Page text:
It is the diary of a summer of my life, in which I have changed nothing, not even the dates, thinking as I do, that in our efforts to arrange matters we often only succeed in disarranging them. Although the most important rôle may appear to devolve on Madame Chrysantheme, it is very certain that the three principal personages are myself, Japan, and the effect produced on me by that country. (A novel of Japanese manners. Translated by Laura Ensor.)
lled by a couple of yellow boys stark naked in the rain. The craft approached us, I jumped into it, then through a little trap-door shaped like a rat-trap that one of the scullers throws open for me, I slipped in and stretched myself at full length on a mat in what is called the "cabin" of a sampan.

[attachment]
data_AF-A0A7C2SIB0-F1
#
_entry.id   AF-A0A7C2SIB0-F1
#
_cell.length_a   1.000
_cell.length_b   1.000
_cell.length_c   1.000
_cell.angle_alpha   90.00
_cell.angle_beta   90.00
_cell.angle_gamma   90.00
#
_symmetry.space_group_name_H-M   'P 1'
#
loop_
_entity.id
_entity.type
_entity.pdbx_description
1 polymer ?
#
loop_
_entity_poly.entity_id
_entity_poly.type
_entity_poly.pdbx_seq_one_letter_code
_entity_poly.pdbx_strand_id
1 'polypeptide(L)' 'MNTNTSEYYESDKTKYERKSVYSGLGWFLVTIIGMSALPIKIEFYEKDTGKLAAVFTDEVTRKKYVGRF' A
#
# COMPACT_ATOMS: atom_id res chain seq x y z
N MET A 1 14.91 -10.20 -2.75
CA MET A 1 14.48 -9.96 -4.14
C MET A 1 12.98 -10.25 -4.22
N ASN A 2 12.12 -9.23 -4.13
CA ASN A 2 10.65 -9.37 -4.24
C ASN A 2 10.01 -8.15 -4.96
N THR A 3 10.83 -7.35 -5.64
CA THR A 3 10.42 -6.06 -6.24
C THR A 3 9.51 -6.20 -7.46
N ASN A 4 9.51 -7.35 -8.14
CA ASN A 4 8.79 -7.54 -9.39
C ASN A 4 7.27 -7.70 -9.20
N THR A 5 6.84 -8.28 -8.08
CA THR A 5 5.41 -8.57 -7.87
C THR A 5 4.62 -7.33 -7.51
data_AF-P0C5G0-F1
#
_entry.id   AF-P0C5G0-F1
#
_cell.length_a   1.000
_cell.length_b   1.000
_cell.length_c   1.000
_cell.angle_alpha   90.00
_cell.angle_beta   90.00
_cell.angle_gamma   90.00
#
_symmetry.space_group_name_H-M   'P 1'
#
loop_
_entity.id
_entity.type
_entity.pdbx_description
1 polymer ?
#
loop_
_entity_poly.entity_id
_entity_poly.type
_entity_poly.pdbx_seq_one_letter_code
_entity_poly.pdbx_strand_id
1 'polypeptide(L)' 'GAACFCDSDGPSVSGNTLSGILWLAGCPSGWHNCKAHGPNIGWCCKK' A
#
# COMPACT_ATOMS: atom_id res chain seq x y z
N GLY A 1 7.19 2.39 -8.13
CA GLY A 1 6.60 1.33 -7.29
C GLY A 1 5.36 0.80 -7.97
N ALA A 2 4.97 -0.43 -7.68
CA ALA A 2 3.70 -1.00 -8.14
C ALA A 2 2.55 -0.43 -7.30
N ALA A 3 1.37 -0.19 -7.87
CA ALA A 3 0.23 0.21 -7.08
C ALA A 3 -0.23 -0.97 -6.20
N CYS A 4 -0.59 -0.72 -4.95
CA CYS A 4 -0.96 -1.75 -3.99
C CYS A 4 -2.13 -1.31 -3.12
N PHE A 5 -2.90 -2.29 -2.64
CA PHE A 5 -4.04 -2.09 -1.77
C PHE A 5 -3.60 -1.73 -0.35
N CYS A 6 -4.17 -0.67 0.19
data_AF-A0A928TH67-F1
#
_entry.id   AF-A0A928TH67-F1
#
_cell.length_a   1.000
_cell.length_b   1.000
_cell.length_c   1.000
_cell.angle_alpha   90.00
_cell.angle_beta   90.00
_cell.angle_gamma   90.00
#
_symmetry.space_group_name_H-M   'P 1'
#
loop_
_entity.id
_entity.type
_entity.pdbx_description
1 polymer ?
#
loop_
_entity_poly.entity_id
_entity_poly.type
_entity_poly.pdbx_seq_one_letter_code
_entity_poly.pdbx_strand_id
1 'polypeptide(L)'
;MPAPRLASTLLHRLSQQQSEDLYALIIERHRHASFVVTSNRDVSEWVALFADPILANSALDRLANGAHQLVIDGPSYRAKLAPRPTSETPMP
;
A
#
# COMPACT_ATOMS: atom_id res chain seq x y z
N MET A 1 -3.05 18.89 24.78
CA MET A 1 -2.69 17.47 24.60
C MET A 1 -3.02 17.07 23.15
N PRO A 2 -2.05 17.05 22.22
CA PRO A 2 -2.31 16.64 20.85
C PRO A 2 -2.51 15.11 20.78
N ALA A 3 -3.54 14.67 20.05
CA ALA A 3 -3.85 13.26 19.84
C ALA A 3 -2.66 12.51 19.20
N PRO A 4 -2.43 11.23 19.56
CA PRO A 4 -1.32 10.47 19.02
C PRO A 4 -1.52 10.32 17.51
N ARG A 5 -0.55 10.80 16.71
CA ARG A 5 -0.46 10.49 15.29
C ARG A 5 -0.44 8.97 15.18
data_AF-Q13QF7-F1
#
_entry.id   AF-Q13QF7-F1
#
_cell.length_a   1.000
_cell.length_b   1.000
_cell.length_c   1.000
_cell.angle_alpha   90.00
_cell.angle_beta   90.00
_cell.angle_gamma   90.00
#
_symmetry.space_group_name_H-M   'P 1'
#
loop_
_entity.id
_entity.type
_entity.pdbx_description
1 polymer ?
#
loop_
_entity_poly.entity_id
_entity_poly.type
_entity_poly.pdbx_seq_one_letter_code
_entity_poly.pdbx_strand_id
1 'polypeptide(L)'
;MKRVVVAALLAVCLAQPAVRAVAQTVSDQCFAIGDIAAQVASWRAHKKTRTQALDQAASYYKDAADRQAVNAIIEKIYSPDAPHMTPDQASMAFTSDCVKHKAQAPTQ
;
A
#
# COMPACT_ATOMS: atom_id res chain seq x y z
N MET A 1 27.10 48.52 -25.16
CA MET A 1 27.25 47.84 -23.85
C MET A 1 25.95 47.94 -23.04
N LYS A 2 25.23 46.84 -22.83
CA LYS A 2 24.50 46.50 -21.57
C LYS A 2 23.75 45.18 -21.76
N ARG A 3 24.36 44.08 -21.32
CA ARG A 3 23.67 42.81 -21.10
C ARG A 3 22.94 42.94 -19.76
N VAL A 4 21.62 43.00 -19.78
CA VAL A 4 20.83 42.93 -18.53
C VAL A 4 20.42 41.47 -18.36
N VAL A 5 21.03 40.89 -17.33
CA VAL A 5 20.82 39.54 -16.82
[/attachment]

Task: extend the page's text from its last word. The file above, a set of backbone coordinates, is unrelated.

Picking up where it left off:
There was just room enough for my body to lie in this floating coffin, which is moreover scrupulously clean, white with the whiteness of new deal boards. I was well sheltered from the rain, that fell pattering on my lid, and thus I started off for the town, lying in this box, flat on my stomach, rocked by one wave, roughly shaken by another, at moments almost over-turned; and through the half-opened door of my rat-trap I saw, upside down, the two little creatures to whom I had entrusted my fate, children of eight or ten years of age at the most, who, with little monkeyish faces, had however fully developed muscles like miniature men, and were already as skillful as any regular old salts.
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